And the furnace itself, where the exhibition took place! The sign over the door say 1686 ...!
The bus dropped us of and we all went inside since the opening speech were soon to begin. We all received a raffle ticket for the chance to win one of these goodie bags filled with painting things from Winsor and Newton; a brush, a paper pad and 7 tubes of colour! We all looked longingly at them.
The opening started with a short talk and all attending artist received a rose each. It lent a quite festive feeling to the whole thing when so many of us walked around with a beautiful rose in a tight grip!
The Winsor and Newton Nordic Watercolour Award was announced, the winner was Marja Mali, Finland, who hade three really colour full and expressionistic paintings in the exhibition. Here is two of them, 70*50 cm.
And the raffle went on, and to my big surprise I did win!
Such a happy start. A rose and a bag full of new painting stuff! I was a happy artist 😊
Group picture with roses and the opening was done and we were free to roam around!
I did not took that many pictures of the exhibition, I was busy looking at all the paintings and talking to the other exhibiting artist, but here are a few.
The styles of the exhibited paintings are really diverse. But then again, we are from 5 different countries so there must be many different expressions – we do have different temperament and traditions when it comes to water colour painting.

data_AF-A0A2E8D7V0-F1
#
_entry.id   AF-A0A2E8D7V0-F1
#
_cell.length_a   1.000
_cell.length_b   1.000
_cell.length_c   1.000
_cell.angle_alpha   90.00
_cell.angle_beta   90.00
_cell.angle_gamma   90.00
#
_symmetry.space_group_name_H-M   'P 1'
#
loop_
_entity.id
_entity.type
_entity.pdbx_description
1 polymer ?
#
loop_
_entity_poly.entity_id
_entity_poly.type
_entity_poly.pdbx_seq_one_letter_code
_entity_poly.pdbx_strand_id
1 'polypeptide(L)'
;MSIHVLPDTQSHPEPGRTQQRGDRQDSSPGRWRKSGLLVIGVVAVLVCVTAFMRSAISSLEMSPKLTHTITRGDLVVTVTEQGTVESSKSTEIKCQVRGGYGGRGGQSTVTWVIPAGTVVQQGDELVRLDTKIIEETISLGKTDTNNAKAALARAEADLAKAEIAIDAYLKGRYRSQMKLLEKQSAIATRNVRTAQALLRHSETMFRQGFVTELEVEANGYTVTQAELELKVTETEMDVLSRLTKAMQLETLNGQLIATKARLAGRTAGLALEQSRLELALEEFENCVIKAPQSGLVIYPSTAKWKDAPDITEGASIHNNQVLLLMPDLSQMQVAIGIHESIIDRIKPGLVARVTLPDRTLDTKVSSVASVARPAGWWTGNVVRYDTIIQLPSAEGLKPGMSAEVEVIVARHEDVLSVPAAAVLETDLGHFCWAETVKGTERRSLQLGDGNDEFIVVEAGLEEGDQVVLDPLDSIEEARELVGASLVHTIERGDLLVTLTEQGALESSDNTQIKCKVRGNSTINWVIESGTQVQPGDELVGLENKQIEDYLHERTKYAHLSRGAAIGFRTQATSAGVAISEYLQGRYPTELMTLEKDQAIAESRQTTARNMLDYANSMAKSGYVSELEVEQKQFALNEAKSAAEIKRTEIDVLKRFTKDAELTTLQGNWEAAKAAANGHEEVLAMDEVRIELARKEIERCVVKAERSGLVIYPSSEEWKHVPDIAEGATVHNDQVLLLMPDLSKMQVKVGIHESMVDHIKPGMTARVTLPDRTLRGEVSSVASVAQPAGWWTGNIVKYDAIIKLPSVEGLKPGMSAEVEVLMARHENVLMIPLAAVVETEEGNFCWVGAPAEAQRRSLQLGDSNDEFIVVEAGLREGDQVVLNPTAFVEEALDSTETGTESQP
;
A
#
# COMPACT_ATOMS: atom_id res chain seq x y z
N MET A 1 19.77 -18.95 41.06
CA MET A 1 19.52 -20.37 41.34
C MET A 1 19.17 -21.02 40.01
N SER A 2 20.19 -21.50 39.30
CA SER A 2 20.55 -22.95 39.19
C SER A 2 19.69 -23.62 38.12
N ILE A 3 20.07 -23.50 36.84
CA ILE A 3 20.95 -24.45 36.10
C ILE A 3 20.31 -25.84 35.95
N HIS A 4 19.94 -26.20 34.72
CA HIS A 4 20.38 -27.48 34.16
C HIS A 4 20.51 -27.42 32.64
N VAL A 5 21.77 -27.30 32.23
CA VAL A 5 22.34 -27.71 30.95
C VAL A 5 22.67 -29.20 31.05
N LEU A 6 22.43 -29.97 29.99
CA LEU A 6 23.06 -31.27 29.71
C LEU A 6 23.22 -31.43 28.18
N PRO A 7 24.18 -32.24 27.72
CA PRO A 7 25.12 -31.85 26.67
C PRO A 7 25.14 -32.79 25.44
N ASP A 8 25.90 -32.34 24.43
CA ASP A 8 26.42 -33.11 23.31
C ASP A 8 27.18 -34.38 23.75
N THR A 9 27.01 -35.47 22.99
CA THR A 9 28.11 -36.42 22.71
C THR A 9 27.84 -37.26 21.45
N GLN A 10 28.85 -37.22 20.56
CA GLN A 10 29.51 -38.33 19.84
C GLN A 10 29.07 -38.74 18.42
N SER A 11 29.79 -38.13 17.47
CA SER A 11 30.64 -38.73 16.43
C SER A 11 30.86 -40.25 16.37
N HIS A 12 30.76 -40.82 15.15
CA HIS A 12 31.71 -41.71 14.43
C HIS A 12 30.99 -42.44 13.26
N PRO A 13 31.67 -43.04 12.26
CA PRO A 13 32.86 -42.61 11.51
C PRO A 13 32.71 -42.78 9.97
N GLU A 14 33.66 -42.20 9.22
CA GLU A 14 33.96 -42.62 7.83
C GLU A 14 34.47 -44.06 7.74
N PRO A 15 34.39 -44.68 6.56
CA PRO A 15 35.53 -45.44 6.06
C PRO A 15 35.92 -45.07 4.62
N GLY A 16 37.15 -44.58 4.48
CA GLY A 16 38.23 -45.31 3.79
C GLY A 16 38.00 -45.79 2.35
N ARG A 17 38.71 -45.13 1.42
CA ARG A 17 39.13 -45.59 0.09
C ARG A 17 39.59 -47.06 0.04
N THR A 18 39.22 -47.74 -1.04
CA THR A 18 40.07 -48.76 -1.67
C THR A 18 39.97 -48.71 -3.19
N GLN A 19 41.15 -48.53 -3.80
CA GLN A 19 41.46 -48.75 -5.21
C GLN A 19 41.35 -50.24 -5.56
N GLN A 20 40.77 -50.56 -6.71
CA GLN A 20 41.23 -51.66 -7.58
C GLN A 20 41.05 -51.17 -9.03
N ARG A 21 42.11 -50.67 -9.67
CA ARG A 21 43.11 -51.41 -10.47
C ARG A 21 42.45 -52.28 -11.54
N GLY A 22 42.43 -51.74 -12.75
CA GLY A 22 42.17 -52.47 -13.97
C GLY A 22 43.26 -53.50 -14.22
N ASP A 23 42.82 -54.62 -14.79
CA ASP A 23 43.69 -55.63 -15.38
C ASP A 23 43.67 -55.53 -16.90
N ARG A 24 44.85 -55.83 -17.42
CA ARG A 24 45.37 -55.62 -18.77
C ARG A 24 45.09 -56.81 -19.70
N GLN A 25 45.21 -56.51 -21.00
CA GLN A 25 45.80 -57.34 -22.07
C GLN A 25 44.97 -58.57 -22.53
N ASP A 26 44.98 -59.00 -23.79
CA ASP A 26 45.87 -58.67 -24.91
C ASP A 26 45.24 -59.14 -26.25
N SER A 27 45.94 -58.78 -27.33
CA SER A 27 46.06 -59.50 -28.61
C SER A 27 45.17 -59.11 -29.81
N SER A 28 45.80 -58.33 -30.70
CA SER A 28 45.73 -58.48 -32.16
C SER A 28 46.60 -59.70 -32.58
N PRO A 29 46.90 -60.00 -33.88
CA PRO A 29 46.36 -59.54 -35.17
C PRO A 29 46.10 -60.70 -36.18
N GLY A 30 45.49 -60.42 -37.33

To the exhibition 218 artists sent in 624 paintings. 68 where chosen to exhibit 91 paintings. So to be selected and have two paintings picked was really special.
Both are many many hours of hard labour and planning to execute them in the manner I wanted.
First I had to get the idea, and in that there is pure happy accident that rules. Then I had to go out and collect all the items I needed for the painting. So for the one with acorns I ended up with 28 acorns from the park around the corner, a number of small oak leaves and a twig also from the same spot. And for the second one I already had the birch stem and one of the polypores. But then there was the tricky part of finding autumn like birch twigs in summer time. But eventually I manage that too, I know a perfect swamp like place where such things dwells!
They both took months to complete from idea, over sketching and trying out compositions to finished piece.
The acorn painting took about 2 month to complete, when I was "up to speed" I did 3 acorns a day. And they are 28...
Thew birch log was more complex and I spent almost 5 month on that one! I am planning to write a blog about the making of it. I love painting birch bark with all its imperfections, and till today it is still my favourite painting.
This is me with my paintings, satisfied and proud – and with my rose in a tight grip. That rose will dry and stay with me forever and ever 😊
Photo by Tua Mylius
Both paintings are in my gallery, see top menu.
Then later in the evening there were a banquet. We were all celebrating the exhibition and also the 30th anniversary of the Nordic Watercolour Society. Some speeches and some wine together with good food and cake and then the evening was done and the bus took us safely back to Helsinki in the very dark nordic night.
The exhibition is open until May in 2020. And Tykö must be well worth a visit in spring.
Nordic Watercolour Society has also posted a blog about the exhibition, with lots of photos.